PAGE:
31 days is a long time. In my case, it was a month and a day: all of June plus 2nd July. I’d done well not smoking. I’d sought help, taken NRT (nicotine replacement therapy) and had overcome most of the usual triggers: alcohol, friends who smoke and cravings. I’d done well…
… and then I went for my big weekend of the year: Beatherder Festival.
If I’m honest, I’d planned on smoking. It’s a big weekend during which I’d have little sleep and tons of beer. I couldn’t not smoke, could I? Since the days leading up to me quitting, I knew, I knew, I’d smoke at Beatherder.
We were due to set off on the Friday lunch – I’d been given my 3rd day off so far for the Royal Wedding (I know, bizarre, but schools have taken them at different times). Then, trouble hit. Jui’s (my best mate) dad was taken into hospital with chest pains and Jess, my dog, collapsed in the morning, so that was a trip to the vet.
Thankfully, Jui’s dad was fine, and was kept in for observation only. Jess, though, was not so good. X-rays revealed a large tumour on her liver and I had to get her to Dewsbury immediately to have a CT scan. This also necessitated getting Sharon home as soon as possible whilst trying to not freak her out. I did OK at that but, in the end, had to drive up to BRI to get her and we all went off.
Anyway, Jui and Steve set off at about 5 and I stayed at home with Sharon on the Friday as Jess was in overnight. We got very, very drunk! What else was there to do?
On Saturday, we went and got Jess: she needed an operation to remove the tumour and is under the knife as I write. We brought home a deeply unhappy, hoarse, hurting and drugged Jessica and I went off to Beatherder after giving tons of thanks to Sharon for being alone with Jess until Sunday night.
I did well all day. I sucked on my inhalator furiously as I drank more and more cider in the hot summer sun. The people around were the usual mix of Beatherders: more friendly than odd, and some were very odd and very, very friendly. When the inhalator gave me hiccoughs, which it does now and again, I sucked on a dummy I’d brought, which has really helped.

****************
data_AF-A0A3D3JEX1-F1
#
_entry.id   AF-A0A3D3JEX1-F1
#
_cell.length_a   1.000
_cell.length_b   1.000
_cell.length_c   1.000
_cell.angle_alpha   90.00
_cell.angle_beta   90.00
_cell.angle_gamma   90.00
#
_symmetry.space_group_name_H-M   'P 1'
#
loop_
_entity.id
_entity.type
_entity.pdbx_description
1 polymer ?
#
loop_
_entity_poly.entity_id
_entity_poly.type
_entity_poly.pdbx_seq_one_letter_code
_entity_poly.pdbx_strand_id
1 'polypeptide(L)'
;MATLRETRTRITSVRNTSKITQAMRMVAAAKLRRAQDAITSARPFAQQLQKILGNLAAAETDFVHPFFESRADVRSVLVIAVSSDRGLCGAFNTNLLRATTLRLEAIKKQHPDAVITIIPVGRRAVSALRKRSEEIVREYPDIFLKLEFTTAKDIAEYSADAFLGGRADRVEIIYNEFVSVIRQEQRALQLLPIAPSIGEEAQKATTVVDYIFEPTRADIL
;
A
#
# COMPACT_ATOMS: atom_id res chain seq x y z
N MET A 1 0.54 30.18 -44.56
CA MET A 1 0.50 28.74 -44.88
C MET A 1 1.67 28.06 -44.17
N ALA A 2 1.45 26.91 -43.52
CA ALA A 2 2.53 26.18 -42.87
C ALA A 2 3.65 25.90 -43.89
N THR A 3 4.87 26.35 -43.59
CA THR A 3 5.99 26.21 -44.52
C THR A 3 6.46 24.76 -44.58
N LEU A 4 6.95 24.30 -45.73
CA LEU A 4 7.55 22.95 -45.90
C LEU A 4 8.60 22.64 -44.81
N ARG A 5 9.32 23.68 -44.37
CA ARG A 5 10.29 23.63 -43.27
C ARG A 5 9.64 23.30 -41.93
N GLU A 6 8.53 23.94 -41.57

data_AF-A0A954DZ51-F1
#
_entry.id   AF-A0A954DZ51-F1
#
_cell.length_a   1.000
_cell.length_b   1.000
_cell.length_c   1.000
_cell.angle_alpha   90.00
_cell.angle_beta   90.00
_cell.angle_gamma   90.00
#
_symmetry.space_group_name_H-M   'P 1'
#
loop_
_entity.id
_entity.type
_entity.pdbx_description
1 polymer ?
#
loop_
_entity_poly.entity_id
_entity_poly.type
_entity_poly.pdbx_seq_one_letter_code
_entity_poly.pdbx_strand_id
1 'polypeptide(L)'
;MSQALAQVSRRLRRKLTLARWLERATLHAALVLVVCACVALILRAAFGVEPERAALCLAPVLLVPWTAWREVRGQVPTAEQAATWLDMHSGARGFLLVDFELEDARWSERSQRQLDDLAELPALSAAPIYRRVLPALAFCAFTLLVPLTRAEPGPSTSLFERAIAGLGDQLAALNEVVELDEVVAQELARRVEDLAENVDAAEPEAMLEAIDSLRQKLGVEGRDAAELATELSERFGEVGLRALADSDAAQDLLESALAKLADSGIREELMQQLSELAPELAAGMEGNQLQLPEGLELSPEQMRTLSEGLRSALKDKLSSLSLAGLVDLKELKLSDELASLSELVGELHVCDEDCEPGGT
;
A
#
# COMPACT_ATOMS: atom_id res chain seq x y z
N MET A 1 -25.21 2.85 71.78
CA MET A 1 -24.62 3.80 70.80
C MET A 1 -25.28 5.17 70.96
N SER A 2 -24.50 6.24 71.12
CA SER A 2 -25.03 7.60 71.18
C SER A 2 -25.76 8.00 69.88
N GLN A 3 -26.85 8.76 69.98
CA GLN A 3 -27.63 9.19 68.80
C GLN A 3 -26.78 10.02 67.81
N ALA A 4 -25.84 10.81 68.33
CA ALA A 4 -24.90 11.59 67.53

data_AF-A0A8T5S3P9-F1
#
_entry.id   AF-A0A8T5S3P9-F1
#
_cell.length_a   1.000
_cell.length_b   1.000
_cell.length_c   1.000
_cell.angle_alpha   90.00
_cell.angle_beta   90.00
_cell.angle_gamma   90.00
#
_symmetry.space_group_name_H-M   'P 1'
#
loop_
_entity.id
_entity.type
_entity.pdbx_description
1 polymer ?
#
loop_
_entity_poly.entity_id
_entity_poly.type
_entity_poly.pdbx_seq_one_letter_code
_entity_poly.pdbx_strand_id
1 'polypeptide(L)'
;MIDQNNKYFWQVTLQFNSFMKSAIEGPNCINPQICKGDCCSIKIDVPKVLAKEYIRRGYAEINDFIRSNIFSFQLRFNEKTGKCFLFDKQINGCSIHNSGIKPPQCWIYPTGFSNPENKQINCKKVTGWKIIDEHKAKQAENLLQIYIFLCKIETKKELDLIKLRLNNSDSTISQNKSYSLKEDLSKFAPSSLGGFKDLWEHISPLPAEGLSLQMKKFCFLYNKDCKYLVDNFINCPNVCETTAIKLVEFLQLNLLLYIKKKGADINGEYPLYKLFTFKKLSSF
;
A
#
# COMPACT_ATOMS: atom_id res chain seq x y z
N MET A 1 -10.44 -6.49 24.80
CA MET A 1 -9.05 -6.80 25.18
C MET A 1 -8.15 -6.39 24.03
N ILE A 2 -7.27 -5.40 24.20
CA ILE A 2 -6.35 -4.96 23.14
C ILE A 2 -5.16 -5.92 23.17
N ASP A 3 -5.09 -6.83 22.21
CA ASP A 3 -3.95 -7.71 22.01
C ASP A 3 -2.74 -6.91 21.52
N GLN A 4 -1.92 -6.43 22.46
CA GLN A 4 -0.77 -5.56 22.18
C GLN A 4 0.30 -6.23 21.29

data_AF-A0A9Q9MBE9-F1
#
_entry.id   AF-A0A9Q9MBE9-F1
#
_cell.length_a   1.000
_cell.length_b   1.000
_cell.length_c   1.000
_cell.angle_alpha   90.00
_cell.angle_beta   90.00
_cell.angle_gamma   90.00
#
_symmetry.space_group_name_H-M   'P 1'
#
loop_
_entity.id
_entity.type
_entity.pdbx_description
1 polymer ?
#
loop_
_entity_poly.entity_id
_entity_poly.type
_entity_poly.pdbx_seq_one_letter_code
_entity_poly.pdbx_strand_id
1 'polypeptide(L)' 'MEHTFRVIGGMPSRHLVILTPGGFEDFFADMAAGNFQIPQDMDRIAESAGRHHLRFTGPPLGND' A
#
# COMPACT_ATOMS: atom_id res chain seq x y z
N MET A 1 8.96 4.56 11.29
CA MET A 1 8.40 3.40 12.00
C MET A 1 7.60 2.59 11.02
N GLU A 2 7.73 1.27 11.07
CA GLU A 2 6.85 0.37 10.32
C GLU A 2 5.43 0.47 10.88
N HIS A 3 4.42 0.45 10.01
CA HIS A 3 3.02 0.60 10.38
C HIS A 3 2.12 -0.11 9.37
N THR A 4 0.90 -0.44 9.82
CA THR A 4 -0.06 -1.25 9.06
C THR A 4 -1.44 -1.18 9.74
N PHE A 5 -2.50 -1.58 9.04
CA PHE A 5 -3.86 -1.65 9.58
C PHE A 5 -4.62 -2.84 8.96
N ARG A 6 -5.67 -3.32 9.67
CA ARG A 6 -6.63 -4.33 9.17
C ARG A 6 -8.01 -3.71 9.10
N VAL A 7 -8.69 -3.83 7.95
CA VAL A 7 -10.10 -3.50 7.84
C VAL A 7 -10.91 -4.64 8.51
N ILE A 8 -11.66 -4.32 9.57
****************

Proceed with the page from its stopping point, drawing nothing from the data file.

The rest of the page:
By about 11, though, I knew I was going to give in. I worked for this; I deserved this; I was damned-well gonna enjoy this. I bought a pack of Marlboro Black, feverishly ripped open the cellophane, ruthlessly tore out the golden paper and ripped out a fag. I looked at it, held it to my lips and, already, began thinking of the thick, slick flow of warm smoke that would gently caress my throat as it wound its merry way into my sadistically grateful lungs. I lit up. I sucked. I inhaled. Veni, vidi, vici.
Vici? Erm, no. It was bloody awful! I felt immediately sick. My eyes crossed, my stomach churned and, I’m sure, I turned green.
Like an idiot, I persevered. By cigarette number 4 (yes, I am that thick, and I was only smoking half a fag at a time as they were so gross) the nausea had passed. Through the night, I smoked, maybe, another three. I didn’t enjoy any of them. I stank. My mouth tasted foul.
The next morning brought with it a touch of sadness but also a revelation: firstly, I was really annoyed that I’d smoked and, having not done so for over a month, had lit up; secondly, however, I was pleased – I may have smoked but the experience was so horrible, so gross, so unappealing, for the first time I’m truly confident that I can be an ex-smoker.
I may have smoked, but I don’t want to do it again.
Smoking helped me become an ex-smoker.
However, if you see Sharon, and if she asks, I only had 2 😉